By Evie Andreou
Transport Minister, Vasiliki Anastasiadou announced on Friday that a number of important projects concerning the road network would get underway this year including the installation on motorways of charging stations for electric cars.
Following her first meeting with the House transport committee, Anastasiadou, said she informed members of her ministry’s plans to tackle traffic problems but also to promote sustainable mobility.
MPs asked the minister to be informed about long-term plans, such as construction of tram and metro lines.
As regards roadworks, Anastasiadou said that works on the Limassol to Saittas road were expected to start at the end of the year and be completed in 30 months.
Two tender competitions are to be launched one on the Nicosia ring road in the fall and the other on the Paphos to Polis road by the end of the year.
She added sustainable mobility, another goal of her ministry, would mean encouraging other forms of mobility instead of cars.
“People will go to the buses, uses bicycle lanes, sidewalks, electric cars, there is programming for all of these,” Anastasiadou said.
She added that soon, 10 charging stations for electric cars would be installed on motorways.
The head of the committee, Georgios Prokopiou, stressed the importance of sustainable mobility and said they had urged the transport ministry to provide incentives.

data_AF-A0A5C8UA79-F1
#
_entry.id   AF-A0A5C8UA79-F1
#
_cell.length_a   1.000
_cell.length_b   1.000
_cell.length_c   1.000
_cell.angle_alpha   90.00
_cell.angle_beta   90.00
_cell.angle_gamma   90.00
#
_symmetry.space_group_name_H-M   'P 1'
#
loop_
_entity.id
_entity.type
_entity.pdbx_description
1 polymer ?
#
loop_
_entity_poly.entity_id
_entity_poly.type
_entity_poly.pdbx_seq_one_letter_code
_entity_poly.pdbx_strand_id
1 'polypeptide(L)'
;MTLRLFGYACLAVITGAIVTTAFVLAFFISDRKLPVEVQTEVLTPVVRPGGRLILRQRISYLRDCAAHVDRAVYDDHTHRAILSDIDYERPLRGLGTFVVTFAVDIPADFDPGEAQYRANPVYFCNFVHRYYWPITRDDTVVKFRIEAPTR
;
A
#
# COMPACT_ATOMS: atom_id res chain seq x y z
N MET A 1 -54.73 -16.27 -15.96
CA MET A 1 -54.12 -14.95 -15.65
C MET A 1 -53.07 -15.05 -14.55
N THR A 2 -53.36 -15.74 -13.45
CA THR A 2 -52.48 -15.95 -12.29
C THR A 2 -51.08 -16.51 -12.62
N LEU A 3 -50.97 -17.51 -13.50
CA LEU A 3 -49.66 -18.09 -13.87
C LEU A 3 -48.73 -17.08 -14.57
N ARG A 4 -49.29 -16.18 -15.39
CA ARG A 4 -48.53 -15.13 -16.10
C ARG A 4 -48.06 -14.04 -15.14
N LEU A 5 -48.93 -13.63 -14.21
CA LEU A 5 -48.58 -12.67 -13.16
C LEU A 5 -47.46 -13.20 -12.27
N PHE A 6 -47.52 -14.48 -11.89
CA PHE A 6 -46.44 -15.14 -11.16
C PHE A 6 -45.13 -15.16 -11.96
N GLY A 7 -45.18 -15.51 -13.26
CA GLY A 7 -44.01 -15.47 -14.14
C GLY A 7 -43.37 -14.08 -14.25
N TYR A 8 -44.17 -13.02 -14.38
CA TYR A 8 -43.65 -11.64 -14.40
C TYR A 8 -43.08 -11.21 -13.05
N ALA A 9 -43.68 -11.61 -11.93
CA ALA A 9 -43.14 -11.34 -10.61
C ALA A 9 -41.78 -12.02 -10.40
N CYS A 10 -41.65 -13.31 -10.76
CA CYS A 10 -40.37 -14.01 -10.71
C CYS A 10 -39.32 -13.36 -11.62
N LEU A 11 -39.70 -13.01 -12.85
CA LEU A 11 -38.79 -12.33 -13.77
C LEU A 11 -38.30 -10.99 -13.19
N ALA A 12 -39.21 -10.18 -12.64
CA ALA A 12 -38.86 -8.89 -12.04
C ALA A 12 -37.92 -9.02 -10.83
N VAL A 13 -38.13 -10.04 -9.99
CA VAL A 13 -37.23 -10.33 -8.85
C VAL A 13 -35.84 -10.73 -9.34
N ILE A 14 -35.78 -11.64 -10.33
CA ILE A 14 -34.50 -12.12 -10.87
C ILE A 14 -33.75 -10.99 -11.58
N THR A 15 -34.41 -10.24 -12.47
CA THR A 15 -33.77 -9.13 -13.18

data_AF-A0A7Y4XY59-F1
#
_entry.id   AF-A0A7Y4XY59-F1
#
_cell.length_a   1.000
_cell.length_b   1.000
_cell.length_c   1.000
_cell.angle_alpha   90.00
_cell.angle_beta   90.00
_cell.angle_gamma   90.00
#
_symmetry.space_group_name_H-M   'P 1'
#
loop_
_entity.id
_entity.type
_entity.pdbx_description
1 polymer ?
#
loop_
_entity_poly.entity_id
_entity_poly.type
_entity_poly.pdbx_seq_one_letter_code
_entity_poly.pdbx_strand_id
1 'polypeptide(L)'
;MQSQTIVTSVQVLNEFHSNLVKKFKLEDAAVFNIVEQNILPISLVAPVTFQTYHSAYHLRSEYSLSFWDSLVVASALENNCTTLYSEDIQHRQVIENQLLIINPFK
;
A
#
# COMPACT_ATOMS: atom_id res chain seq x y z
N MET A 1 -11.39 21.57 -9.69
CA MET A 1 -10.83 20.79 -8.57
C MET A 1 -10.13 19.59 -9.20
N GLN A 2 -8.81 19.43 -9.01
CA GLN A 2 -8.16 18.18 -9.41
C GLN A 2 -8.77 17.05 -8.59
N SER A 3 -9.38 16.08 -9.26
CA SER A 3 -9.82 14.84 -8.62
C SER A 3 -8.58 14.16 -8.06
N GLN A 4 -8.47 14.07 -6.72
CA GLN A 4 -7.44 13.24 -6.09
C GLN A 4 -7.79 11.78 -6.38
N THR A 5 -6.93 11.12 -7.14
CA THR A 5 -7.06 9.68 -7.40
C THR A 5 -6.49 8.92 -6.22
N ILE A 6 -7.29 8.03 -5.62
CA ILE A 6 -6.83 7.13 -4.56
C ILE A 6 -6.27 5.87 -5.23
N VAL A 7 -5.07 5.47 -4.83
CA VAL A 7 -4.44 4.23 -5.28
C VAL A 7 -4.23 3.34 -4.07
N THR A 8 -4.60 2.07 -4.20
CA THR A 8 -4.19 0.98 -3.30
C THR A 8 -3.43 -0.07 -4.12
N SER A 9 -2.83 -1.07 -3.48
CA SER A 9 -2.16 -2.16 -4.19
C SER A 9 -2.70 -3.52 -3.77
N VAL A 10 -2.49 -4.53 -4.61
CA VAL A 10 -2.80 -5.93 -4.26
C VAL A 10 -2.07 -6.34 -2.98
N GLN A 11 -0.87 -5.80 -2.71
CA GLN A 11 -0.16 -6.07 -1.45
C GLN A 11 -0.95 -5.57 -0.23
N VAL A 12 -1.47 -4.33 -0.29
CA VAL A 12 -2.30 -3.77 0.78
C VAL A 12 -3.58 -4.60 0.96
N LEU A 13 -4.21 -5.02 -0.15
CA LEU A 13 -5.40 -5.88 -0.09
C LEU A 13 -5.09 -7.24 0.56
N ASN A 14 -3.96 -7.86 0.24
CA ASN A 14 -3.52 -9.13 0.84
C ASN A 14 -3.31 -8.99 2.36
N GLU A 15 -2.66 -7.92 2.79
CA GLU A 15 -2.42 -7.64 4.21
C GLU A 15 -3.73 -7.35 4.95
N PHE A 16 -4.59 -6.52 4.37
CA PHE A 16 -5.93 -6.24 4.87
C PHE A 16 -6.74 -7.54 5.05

“We have asked that in the future, in long-term frameworks, the implementation of the tram and metro (systems) must be introduced in a country like our own, which is small in size,” Prokopiou said.
At the same time, he said, they have also asked for the introduction of speed cameras, which will be delayed for another two years.
Diko Paphos MP, Charalambos Pittokopitis, welcomed news of the tender competition for the Paphos to Polis road, and called on Auditor-general Odysseas Michaelides to stop placing putting obstacles to the construction of the project by citing financial costs. “This is a project that has been delayed for decades,” he said.
Pittokopitis queried whether Michaelides could put a cost on human lives and referred to the fatal accident on the Paphos to Polis road on Thursday night that claimed the lives of two people.
Pittokopitis also brought before the minister the delay in the construction of a new renal clinic at the Paphos general hospital.
The delay is unacceptable, he said, given that the budget is there and the decision for the construction of a new renal clinic has already been taken. He added that the public works department said they had other priorities. At the moment, Pittokopitis said, Paphos patients are “cramped like sardines” in a small room.